GlobalFoundries opens $4bn chip plant in Singapore
Image credit: Global Foundries
The new plant is expected to produce 450,000 300mm wafers a year at full capacity.
The world’s third-largest contract chipmaker, GlobalFoundries, has opened a $4bn (£3.2bn) semiconductor fabrication plant in its existing Singapore campus as part of a major global manufacturing expansion.
The facility is 23,000 square metres (248,000 square feet) and expected to create 1,000 jobs, of which 95 per cent will comprise equipment technicians, process technicians and engineers, the company said.
“If we run [the Singapore campus’s] capacity to the fullest, that will probably be [around] 45 per cent of revenue for GlobalFoundries,” said the company's Singapore general manager, Tan Yew Kong.
The company’s Singapore operations, which serve 200 clients worldwide, also include two fabs that produce 720,000 300mm wafers and 692,000 200mm wafers a year respectively. With this large investment, GlobalFoundries demonstrated its belief in an increase in demand for chips in the second half of 2024.
“The key megatrends of our industry – digitalisation, connectivity, cloud computing – are all driving acceleration to a more connected and data-centric world,” said GlobalFoundries president and chief executive Thomas Caulfield at the launch of the new site.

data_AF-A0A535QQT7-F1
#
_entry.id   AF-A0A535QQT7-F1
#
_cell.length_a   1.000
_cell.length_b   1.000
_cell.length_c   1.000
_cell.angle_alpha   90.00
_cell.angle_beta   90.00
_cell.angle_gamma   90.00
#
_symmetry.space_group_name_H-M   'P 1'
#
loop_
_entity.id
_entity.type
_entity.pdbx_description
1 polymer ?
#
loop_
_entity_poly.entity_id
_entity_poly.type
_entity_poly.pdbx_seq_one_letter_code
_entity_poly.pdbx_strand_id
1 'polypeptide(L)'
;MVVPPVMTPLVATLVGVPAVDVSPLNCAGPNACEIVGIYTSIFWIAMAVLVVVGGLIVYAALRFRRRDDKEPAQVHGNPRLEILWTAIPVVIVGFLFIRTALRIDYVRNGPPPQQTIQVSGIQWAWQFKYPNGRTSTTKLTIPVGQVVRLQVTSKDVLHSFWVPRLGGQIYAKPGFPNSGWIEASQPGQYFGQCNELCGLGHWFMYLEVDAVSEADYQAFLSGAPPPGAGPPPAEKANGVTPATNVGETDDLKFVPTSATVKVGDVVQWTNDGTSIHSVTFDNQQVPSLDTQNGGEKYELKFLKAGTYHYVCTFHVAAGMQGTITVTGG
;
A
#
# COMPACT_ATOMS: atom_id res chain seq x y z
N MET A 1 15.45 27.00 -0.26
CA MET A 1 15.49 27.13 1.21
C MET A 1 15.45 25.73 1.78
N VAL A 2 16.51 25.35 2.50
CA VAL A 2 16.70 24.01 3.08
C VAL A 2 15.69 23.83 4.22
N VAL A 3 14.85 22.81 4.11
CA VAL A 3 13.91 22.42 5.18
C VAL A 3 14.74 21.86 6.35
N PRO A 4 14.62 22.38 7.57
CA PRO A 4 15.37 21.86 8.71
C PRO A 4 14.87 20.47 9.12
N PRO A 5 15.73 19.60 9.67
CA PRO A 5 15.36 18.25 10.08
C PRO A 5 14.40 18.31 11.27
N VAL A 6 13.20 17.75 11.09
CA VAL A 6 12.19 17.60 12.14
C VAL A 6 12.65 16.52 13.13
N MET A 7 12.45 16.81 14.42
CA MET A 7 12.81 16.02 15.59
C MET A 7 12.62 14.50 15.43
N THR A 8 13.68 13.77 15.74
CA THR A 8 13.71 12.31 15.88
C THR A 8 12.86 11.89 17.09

“It demonstrates how central and critical the industry is to the world economy and how pervasive semiconductors are in enabling and enhancing all aspects of human life.”
Semiconductors are key to most technologies, contained in smartphones, laptops, automobiles, virtual reality systems, video game consoles and smart speakers, as well as in AI and 5G.
Singapore is one of the world’s leading providers of chips, producing 11 per cent of the world’s semiconductors in foundries such as GlobalFoundries, which makes the semiconductors designed by the likes of Qualcomm, MediaTek and NXP Semiconductors, and serves approximately 200 customers globally.
Caulfield said that, despite current economic headwinds, the company estimates the size of the industry will double in the next decade because of the rise in popularity of artificial intelligence.
Since 2020, the economic losses caused by the shortage of semiconductors can be measured in billions of dollars.
The chip shortage has forced Ford, Jaguar Land Rover, Volkswagen, General Motors, Nissan, Daimler, BMW, Renault and Toyota to shut factories, scale back production or exclude high-end features such as integrated satellite navigation systems, which rely on sophisticated semiconductor technology.
In the UK, the government was accused of putting the its own semiconductor industry at risk with the continuing delay in publishing a strategy to ensure the security of the supply chains for chips.
GlobalFoundries is the world’s third-largest foundry by revenue behind Taiwan’s TSMC and South Korea’s Samsung Electronics.
Sign up to the E&T News e-mail to get great stories like this delivered to your inbox every day.